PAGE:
Thursday, February 12, 2009

Local author writes about son

Local author writes about son’s
success despite hearing loss
Photo by Donna Agusti
Jordan Levin, 32, poses with his parents, Mollene and Marty,
in West Bloomfield. Jordan has overcome hearing loss to become a
personal fitness trainer and motivational speaker.

By Eric Czarnik
C & G Staff Writer

WEST BLOOMFIELD — Although birth complications left Jordan Levin profoundly deaf, his life story will have no problems making itself heard.

Levin’s family is preparing to launch his father’s self-published book, “We Were Relentless: A Family’s Journey to Overcome Disability,” in West Bloomfield Feb. 15.

Jordan’s father, Marty Levin, felt the urge to document his son’s story of perseverance and accomplishment in the wake of hearing loss, and started writing the book about five years ago. Both father and son are thrilled to put their memories on paper.

“They told us that (Jordan) would never be able to speak, and we didn’t take that as an answer,” Marty said.

Jordan, 32, of Keego Harbor was born three months premature, and doctors warned that he could die or suffer motor skill problems. While neither situation happened, he did lose his hearing.

However, Jordan learned to read lips and — through extensive training — to speak. He went on to graduate college and become a motivational speaker and personal fitness trainer.

According to his father, the book depicts Jordan as an open, confident boy who was largely unaware that he was different from other people until he was 8. That was when the closed-captioned subtitles on TV told him they were for the hearing impaired.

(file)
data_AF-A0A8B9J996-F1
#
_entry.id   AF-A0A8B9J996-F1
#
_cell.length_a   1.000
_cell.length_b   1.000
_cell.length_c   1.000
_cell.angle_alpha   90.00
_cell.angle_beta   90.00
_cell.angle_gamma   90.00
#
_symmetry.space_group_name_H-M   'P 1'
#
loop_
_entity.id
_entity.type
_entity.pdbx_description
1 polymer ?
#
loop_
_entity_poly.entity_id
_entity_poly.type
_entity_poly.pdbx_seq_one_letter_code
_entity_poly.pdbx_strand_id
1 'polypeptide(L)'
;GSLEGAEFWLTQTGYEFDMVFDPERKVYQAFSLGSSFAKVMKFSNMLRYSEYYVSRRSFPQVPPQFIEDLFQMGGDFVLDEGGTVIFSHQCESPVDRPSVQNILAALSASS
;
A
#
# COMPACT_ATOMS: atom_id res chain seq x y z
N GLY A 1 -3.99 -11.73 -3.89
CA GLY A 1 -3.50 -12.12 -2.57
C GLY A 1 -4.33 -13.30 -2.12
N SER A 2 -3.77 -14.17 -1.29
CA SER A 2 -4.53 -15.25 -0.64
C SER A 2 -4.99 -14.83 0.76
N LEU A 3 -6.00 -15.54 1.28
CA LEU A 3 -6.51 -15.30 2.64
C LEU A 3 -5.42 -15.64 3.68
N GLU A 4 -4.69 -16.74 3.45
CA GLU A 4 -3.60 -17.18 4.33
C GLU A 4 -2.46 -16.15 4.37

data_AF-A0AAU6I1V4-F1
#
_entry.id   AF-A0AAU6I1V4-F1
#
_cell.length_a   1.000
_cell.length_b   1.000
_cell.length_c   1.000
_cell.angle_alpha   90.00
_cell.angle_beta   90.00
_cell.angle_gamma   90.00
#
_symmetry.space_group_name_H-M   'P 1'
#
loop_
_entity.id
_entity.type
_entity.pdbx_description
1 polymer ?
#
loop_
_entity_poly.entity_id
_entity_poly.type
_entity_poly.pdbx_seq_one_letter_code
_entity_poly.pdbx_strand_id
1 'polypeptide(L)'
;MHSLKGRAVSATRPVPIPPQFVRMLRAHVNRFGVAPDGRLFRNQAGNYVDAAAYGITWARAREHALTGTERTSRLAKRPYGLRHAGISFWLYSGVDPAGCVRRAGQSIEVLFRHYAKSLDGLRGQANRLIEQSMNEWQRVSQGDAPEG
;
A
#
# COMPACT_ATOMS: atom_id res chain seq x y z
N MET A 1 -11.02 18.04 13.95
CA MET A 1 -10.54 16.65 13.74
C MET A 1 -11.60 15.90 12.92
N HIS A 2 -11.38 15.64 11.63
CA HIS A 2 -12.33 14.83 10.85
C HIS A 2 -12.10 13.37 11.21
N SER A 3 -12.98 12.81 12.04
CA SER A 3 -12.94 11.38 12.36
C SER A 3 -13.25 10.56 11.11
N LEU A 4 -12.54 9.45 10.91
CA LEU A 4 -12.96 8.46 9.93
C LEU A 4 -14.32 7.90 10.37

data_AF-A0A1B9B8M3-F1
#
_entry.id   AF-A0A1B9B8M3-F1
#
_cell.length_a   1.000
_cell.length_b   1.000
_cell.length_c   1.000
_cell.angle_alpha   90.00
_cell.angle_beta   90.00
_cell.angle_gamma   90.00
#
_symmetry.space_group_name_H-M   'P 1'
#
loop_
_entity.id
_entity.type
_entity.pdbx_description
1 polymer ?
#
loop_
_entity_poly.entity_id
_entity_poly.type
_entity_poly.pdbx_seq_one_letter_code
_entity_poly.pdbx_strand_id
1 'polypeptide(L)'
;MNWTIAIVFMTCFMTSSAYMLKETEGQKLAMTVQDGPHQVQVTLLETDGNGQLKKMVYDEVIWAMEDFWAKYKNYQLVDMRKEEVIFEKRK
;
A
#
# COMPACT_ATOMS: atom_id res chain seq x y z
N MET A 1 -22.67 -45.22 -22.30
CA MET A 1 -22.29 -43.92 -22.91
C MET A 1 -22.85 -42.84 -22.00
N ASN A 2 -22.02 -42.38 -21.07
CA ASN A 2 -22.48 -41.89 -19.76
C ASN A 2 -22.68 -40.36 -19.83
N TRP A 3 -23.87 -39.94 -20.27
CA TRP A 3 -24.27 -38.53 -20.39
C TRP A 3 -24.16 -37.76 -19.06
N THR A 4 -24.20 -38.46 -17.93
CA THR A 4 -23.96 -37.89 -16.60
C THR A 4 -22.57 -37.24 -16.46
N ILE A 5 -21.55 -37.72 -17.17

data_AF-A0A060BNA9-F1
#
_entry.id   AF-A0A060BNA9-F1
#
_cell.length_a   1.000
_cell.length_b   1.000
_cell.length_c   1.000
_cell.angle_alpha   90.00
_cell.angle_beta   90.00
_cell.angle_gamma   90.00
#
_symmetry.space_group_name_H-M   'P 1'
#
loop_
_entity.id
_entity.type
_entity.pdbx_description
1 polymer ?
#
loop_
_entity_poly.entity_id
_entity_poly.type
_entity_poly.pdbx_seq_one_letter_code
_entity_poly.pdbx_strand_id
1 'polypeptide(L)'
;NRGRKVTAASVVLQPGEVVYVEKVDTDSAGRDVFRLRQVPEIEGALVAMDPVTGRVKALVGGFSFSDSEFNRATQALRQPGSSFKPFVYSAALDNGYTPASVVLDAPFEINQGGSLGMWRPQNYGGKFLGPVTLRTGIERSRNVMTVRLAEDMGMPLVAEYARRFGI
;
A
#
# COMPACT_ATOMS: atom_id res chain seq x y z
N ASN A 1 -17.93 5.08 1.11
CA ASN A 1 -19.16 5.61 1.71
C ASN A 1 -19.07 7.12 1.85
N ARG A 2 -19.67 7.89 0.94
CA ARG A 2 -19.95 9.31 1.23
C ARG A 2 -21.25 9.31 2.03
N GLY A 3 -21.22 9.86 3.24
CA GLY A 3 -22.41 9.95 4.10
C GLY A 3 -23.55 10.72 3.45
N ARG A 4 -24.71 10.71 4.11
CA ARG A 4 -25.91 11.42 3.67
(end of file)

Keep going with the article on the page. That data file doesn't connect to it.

At times, the process of writing “We Were Relentless” was very emotional, Marty explained.

“It’s hard to tell things about our family,” he said. “My wife said she was actually surprised ... because I was that open with my feelings. I really exposed myself.”

Marty said “We Were Relentless” would appeal to people who want to experience an inspiring, feel-good story in a time when everything else seems to be so bad. Parents of young children could also find the story attractive, he added.

“Everyone has their concerns about how their kids are going to be,” he said. “Their children could do anything if someone like Jordan could.”

Jordan’s mother, Mollene, said her favorite part of the book is the epilogue, which Jordan wrote. She added that her son learned a lot from the book because it describes the private burdens his parents faced in making sure that he had the best care possible.

“A lot of it has never been shared with anyone,” she said.

Jordan hopes the new book will open doors for his motivational speaking career, in which he teaches people how to be relentless in pursuit of their dreams. “What I’m looking forward to most is being able to share the passion that I have for life and being able to share that with others,” he said.

“We Were Relentless” is available for sale online at the book’s official Web site, and it is expected to be sold on the, Barnes & Noble and Borders Web sites next month. “We’re looking for a distributor to put it in bookstores,” Marty said.

The “We Were Relentless” book launch will occur at 4 p.m. Feb. 15 at the Janice Charach Gallery at the Jewish Community Center, 6600 W. Maple Road. To RSVP, call (248) 851-9757. For more information about the book, go to

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